In Kvothe’s story, I liked Denna particularly well. Despite the fact that she’s something of a wanderer, her friendship with Kvothe was very sweet. I really liked that, despite the fact that Kvothe had feelings for her, he wasn’t willing to risk his friendship with her by telling her. She was different and kind of a mystery, but I tend to like characters like that because they keep you on your toes. She always stood by him and him by her. One of the best moments I think they have together is when they’re in Trebon and she accidentally swallows poison. Kvothe nurses her back to health while they are fending off a dragon. When he leaves to stop the dragon from terrorizing Trebon, she leaves where they had originally been. This frustrated me a little (as it did Kvothe) but again, she is something of a wanderer so I wasn’t completely surprised by it. She was never mean to him and they always stayed true to one another, which I appreciate more than anything else about their relationship.
Now, I should mention Ambrose, and why I really hated him as a character and why it had to be that way. A good portion of the time at the university, Kvothe has to deal with the noble heir bullying him and making his life miserable. He gets Kvothe banned from the section of the university library where he would have learned anything about the Chandrian, he eventually breaks Kvothe’s lute, and as I said in the summary, he tried to have Kvothe killed. There is no redeeming quality about him, which I think was done on purpose. Giving Kvothe this type of enemy made the time at the university particularly tense and engaging, and it complicated his overall goal of learning more about the Chandrian. Their rivalry was a little annoying at times, but I did like that it created a legitimate challenge for Kvothe while he was at the university.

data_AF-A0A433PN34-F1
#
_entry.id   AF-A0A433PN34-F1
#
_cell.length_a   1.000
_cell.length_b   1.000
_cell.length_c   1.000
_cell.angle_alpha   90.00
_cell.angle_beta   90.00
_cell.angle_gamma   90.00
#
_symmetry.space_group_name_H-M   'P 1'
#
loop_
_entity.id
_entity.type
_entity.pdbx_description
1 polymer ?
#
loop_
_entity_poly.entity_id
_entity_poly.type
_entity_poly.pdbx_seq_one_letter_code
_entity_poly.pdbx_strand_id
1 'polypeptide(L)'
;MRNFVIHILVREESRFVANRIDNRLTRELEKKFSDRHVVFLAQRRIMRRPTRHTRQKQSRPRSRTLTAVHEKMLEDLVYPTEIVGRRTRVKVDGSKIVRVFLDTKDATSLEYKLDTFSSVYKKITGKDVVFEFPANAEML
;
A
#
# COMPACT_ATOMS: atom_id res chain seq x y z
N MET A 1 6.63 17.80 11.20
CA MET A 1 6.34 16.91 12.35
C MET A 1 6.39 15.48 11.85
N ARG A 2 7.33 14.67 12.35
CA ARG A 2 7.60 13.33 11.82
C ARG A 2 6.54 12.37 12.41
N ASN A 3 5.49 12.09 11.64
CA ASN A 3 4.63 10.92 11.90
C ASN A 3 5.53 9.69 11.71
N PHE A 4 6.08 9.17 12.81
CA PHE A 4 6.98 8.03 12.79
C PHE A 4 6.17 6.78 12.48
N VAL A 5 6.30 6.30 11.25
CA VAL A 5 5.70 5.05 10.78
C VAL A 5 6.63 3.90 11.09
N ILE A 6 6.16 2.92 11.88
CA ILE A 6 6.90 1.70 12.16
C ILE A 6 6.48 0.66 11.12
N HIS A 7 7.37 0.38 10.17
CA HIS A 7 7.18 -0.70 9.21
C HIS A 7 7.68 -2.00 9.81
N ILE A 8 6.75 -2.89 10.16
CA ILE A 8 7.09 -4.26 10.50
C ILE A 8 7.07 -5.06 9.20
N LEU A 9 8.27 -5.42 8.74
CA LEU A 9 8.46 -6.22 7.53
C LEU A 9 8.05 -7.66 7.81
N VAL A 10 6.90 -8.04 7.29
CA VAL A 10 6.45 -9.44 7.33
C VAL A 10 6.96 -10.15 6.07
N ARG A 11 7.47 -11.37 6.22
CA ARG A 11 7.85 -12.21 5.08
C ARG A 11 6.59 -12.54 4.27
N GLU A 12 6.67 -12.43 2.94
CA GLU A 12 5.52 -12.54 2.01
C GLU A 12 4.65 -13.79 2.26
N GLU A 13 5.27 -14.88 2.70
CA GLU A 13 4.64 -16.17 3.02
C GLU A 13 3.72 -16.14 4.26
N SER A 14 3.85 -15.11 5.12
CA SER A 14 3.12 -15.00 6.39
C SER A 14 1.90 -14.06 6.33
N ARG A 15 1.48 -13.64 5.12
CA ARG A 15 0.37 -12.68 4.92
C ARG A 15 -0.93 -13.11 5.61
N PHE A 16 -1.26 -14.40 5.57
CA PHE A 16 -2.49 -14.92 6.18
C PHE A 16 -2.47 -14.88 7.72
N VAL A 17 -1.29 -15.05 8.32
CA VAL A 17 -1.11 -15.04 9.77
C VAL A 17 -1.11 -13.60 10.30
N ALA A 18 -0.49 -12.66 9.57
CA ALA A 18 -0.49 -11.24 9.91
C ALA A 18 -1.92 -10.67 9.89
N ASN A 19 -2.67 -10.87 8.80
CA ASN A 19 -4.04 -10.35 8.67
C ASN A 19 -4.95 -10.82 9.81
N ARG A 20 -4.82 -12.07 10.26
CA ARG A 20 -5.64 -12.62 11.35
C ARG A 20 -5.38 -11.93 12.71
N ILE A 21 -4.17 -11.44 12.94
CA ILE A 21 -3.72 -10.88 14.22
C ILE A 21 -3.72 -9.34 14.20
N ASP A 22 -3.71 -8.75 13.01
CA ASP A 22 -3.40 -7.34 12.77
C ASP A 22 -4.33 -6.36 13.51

I should also mention the elephant in the room here. The Chandrian were interesting as the main force Kvothe is struggling against. I don’t really know what they are, what their motives are, and this creates a great sense of mystery for the story. We know that the leader of them, Haliax, is Lanre, a warlord from a story, but what about the others, and why are they doing all of this? I hope Rothfuss will eventually start to give answers to this, because again, there’s a lot that can be done with it. The only reason we have for the killing of Kvothe’s troupe is that “someone’s parents have been singing entirely the wrong sort of songs.” While that in itself could be the reason, we haven’t learned the significance of this. Maybe it has to do with their power or the way they’re feared, but Rothfuss has set something up that I really want to see expanded upon.
“‘When the hearthfire turns to blue
What to do? What to do?
Run outside. Run and hide.
When your bright sword turns to rust?
Who to trust? Who to trust?
Standing alone. Standing stone.’
Denna grew paler as she realized what I was implying. She
nodded and chanted the chorus softly to herself:
‘See a woman pale as snow?
Silent come and silent go.
What’s their plan? What’s their plan?